Thursday, September 09, 2010

The Blanik Dilemma

In June, there was a fatal accident in Austria involving a Blanik L13 glider which lost a wing. The investigation is not yet complete, but the manufacturer / type certificate holder, known as LET, issued a mandatory bulletin restricting aerobatics and requiring an inspection (for cracks) and requiring that the results and the glider's usage history be sent back to LET for evaluation. Later, the FAA issued several versions of the same bulletin, requiring a more stringent inspection. LET was to evaluate each glider's usage history and rule as to whether the glider could continue in service.

The latest FAA version has taken back the decision process from LET, but it essentially grounded every L13 until it passes an even more detailed US-based inspection. But the inspection has not yet been defined, so the entire fleet is in limbo until it is.

Our club owns two L13's (built in 1973) which we use for primary instruction. We performed the original inspections and found no cracks. We examined the aircraft logbooks and gathered the required information about number of flights, number of hours, ratio of solo vs. dual flights, ratio of aerotow vs. ground launches, number of aerobatic flights, damage and repair history etc. Since I'm the secretary my club and I retain the older logbooks, I took on the task of compiling the usage information. It was really interesting to look at the history of these gliders I have been flying: who owned them, what they accomplished in them, how many hours the pilots accumulated, the various minor and major damages, when they gliders changed hands (or wings!), how long they sat idle... each one has a story to tell. I think I'll write an article for our club newsletter with some of the more interesting facts about each one. I learned a bit about the Airworthiness Directive, repair, and documentation processes as well.

The glider community (at least the segment of it that does flight instruction) is in a spin at the moment. There are about 200 L13's in use in the U.S. I'm guessing that they are second only to the Schweizer 2-33 in popularity as a training glider, and I'm sure that some commercial operators use L13's for tourist rides as well. So a large part of the U.S. training fleet (in clubs and commercial ops) is grounded. Rumor has it that the larger commercial operators are working with the FAA and SSA to develop the new inspection and approval process. No one knows how long this will take, how much the new inspection procedure will cost, or who will do the evaluation.

Rumor has it that someone in Europe is looking at acquiring "new" never-used L13's that have been in storage in Russia, and selling them after appropriate refurbishing and updating; since the concern is fatigue and not age, theoretically these would be "safer".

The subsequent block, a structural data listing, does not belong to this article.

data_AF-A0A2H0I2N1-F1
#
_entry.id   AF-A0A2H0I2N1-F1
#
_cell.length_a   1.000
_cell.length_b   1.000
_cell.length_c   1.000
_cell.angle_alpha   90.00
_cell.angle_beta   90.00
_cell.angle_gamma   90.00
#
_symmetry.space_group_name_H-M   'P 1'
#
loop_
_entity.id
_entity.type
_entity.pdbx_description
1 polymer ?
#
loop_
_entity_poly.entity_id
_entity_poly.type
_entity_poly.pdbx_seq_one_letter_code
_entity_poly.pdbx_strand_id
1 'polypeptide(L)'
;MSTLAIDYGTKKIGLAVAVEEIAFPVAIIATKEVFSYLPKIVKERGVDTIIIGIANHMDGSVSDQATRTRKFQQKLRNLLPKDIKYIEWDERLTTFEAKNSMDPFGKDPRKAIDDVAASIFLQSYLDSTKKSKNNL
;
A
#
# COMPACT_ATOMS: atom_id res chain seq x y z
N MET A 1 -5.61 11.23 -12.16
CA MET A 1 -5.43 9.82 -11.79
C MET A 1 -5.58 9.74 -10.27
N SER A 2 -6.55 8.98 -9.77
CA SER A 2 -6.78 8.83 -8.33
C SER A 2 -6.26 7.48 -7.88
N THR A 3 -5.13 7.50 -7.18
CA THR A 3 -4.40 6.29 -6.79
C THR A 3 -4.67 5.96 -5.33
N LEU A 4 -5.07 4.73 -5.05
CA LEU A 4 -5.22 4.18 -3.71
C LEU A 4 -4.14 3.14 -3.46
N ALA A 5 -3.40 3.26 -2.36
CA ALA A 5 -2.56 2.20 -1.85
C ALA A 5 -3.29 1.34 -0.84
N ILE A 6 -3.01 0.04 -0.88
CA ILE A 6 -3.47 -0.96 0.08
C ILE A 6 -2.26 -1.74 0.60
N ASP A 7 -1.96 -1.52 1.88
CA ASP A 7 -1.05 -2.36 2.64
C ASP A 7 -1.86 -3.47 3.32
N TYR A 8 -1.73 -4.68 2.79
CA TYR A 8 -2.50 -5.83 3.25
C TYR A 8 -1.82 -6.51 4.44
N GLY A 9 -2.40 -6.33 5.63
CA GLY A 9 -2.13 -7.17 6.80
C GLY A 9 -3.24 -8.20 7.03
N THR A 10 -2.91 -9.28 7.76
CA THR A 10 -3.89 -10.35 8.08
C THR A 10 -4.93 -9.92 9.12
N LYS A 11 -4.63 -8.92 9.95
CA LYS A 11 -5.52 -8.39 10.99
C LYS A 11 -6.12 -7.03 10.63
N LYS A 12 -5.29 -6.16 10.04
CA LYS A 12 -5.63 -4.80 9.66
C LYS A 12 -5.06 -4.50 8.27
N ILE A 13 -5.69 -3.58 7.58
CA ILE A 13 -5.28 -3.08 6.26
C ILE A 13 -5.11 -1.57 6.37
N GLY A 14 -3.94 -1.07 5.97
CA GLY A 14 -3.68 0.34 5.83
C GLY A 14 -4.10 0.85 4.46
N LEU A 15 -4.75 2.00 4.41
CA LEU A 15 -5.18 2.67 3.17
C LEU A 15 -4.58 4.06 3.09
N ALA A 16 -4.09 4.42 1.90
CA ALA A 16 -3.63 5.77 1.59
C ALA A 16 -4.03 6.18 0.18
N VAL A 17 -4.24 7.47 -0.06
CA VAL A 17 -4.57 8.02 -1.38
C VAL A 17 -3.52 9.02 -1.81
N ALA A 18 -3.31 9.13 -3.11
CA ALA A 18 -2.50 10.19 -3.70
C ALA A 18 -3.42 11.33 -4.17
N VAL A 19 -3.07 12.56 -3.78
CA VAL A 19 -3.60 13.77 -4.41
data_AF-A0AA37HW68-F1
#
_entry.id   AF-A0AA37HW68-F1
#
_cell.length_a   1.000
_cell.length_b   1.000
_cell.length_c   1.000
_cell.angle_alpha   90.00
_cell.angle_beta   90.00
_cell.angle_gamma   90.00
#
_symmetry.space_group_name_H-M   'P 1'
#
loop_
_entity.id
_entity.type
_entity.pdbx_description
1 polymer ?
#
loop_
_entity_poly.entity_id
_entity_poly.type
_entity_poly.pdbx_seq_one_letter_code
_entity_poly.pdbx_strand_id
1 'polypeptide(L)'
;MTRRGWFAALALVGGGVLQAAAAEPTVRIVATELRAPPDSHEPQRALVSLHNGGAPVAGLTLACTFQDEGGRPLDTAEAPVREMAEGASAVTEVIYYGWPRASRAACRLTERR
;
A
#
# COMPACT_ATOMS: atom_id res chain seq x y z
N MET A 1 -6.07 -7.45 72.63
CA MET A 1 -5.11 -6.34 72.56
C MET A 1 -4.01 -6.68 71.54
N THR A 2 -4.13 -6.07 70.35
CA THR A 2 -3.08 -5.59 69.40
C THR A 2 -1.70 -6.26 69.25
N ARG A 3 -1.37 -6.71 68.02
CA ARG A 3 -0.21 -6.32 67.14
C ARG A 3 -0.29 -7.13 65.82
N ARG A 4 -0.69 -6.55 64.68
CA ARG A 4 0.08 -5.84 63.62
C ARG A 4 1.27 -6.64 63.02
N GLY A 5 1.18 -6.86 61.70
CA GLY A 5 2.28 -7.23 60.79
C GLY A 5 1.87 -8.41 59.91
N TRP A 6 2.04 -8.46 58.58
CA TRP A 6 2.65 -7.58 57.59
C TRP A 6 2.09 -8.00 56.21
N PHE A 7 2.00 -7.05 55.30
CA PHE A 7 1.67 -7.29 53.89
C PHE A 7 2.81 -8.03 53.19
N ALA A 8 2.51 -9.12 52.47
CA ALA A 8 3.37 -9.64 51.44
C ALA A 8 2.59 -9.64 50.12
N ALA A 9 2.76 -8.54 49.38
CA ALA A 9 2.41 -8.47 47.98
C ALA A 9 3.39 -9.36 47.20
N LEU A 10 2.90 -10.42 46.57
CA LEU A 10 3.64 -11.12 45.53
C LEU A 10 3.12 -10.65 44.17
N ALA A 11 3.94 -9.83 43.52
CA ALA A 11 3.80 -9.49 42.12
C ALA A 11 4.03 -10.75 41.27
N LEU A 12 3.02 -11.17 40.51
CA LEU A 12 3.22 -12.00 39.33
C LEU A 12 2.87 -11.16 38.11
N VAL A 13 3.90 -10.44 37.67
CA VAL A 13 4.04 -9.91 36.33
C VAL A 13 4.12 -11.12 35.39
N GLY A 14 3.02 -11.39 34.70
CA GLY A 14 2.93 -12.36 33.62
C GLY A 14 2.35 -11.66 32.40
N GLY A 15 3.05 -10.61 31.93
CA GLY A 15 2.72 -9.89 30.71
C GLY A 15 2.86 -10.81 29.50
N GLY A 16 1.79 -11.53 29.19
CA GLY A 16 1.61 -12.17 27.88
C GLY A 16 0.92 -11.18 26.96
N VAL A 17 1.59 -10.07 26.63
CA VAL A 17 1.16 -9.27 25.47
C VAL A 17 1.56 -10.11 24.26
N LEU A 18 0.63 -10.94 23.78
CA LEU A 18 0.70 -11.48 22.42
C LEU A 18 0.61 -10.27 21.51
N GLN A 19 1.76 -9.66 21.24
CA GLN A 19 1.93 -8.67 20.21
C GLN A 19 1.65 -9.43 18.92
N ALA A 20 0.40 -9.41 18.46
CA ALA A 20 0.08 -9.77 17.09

So here's the dilemma: Does one failure justify permanently grounding an entire model of aircraft? Blaniks are not failing at in flight frequently. Was the accident aircraft an extreme case, i.e. used for extensive aerobatics? Was their hidden damage not caused by fatigue? We just don't know. Clubs like ours that rely on L13's have had to cancel training, and will lose members to other clubs/operations that fly other ships. On the other hand, if L13's are reaching the end of their useful life, we as operators need to be responsible and not fly them if they are dangerous. Usage records are not perfect - many operators did not record the type of launch, the number of occupants, the number of aerobatic flights, etc., they just recorded hours and flights. So any evaluation based on usage pattern will be quite subjective, and the evaluators will probably want to be very conservative. And developing a definitive inspection/testing procedure will be expensive.

For a more detailed history of these events, visit

Monday, September 06, 2010

Dual thermal flight over the Tehachapi Valley

Sunday afternoon we spent an hour or so troubleshooting an electrical problem in the PW5, and cleaning it out. This morning we put it in the trailer so it can be repositioned to another gliderport for the fall and winter.

I also got my Official Observer to sign my Silver duration forms so I can send them in to the SSA. We've each been traveling, so I hadn't seen him since my flight on July 4.

This morning I helped N prep and launch the Grob 103 for two instructional flights. Now he has been "signed off" to fly the Grob from the rear seat. Our club requires signoffs for different aircraft, seats, and locations, beyond what the FAA requires, in order to enhance safety and learning. After his second flight, I jumped into the front and we took off at 12:44. N did the takeoff, and I did the landing.

There were very few gliders up today, probably because originally the forecast was not so great. (Also, I think a lot of pilots use the last day of the holiday weekend to drive home if they live far away.) I think we thermalled with one and saw only one other.

We let off over the mountains at 8200' MSL and went back to where we had seen lift, but could not connect. We tried some ridge lift (wind was from the east) but it wasn't strong enough and we made our way back to the valley.